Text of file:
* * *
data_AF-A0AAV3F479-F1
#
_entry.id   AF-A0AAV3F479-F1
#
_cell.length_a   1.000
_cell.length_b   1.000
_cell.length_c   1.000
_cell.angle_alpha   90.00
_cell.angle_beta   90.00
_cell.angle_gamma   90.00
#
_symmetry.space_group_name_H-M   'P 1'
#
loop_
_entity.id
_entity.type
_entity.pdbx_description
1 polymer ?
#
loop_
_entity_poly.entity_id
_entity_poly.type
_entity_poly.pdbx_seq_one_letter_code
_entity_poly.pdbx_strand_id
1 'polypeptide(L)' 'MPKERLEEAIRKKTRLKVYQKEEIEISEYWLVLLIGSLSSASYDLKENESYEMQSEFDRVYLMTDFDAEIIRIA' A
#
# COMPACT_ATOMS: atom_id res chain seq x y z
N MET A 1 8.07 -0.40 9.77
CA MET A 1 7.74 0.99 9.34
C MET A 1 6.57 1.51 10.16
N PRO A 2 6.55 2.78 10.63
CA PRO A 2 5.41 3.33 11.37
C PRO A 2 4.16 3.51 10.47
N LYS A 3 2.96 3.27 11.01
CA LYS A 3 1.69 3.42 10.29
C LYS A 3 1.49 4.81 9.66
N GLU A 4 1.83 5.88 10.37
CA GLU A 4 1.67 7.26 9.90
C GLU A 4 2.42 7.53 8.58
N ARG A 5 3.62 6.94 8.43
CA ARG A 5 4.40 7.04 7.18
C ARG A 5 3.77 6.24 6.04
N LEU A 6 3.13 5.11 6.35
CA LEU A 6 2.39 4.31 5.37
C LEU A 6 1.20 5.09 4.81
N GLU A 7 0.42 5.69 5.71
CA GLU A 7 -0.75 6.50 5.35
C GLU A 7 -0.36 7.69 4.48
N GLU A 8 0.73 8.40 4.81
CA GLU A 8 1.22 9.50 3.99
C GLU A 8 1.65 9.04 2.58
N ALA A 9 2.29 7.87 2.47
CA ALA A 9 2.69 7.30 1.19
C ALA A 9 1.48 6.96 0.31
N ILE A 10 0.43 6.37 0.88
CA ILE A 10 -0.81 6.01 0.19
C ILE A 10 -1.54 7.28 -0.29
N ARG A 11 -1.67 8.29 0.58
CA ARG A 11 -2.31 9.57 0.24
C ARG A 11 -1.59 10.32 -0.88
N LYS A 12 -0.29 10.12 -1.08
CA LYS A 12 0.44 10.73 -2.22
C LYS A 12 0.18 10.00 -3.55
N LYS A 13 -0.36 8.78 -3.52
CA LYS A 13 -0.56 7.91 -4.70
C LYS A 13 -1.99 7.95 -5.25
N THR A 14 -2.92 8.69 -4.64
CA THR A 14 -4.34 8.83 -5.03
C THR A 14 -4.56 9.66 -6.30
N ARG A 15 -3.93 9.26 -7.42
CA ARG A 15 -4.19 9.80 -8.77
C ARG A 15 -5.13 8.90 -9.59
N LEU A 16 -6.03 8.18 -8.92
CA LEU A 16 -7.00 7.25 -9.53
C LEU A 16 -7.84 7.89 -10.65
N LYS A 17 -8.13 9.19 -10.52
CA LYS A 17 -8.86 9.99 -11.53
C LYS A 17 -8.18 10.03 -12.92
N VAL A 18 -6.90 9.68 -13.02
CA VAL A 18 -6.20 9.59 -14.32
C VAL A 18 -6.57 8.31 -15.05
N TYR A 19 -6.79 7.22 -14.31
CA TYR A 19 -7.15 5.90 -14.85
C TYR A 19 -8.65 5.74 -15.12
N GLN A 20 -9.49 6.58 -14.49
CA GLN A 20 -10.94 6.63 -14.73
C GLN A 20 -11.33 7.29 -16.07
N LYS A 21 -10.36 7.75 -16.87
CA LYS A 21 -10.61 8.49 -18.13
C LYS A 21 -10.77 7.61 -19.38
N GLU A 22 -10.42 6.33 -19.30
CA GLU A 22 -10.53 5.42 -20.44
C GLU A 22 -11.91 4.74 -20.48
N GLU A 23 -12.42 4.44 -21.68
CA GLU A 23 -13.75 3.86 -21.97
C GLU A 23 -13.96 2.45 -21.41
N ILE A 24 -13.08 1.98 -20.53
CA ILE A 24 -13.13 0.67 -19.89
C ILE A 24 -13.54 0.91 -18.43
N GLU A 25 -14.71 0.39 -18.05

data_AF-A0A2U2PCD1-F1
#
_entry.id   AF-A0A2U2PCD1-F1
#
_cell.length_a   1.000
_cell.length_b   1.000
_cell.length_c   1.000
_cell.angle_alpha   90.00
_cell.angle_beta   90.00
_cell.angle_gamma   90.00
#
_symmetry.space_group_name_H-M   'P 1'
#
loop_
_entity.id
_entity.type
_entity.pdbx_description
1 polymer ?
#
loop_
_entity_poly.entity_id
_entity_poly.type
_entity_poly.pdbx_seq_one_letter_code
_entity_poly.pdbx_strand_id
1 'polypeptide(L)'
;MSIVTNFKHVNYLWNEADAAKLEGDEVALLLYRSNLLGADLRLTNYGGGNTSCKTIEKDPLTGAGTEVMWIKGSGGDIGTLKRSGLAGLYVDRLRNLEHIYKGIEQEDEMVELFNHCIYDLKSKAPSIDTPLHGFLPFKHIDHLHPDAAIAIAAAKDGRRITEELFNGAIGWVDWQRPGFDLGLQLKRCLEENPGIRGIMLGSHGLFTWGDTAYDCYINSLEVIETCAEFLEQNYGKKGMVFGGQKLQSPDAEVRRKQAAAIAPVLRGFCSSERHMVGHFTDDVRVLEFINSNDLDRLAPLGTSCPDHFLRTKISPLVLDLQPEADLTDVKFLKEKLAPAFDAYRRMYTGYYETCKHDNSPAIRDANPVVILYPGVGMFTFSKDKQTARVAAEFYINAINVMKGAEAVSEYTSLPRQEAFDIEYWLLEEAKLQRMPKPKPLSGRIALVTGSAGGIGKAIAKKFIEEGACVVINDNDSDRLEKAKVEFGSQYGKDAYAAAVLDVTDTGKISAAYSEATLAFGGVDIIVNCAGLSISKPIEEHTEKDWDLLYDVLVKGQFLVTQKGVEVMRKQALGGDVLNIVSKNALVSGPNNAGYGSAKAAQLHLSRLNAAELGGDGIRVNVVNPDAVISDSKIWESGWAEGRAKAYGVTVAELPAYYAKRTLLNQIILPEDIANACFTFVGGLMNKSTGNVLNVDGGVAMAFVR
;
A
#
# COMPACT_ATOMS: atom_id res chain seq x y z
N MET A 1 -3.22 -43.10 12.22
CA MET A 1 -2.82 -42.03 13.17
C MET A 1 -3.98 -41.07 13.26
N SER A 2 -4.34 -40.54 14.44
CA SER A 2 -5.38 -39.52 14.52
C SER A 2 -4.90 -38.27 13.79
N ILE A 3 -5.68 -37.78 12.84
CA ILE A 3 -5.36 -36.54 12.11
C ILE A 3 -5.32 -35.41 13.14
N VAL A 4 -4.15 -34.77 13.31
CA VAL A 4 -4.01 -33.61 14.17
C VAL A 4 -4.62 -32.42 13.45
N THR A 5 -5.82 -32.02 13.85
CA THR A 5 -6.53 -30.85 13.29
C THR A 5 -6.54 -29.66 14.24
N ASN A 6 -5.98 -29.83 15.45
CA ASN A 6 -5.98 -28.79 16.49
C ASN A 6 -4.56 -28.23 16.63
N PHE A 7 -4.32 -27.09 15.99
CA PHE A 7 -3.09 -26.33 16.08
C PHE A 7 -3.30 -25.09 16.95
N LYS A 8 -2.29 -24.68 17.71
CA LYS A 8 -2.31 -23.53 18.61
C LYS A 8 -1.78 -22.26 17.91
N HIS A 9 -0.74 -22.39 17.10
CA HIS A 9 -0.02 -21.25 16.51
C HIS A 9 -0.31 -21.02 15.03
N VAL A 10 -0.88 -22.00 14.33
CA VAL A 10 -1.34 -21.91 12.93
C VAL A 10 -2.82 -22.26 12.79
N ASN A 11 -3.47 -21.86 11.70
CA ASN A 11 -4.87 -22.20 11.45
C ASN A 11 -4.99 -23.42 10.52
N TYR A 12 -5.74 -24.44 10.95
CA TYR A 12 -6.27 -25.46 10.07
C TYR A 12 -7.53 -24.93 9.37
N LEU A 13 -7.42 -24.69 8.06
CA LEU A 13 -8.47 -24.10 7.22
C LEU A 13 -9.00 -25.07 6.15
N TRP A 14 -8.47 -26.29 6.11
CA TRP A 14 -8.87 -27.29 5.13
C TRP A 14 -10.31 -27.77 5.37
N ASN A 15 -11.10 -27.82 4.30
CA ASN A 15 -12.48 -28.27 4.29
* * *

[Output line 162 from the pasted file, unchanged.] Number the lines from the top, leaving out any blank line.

CA ASN A 11 -4.87 -22.20 11.45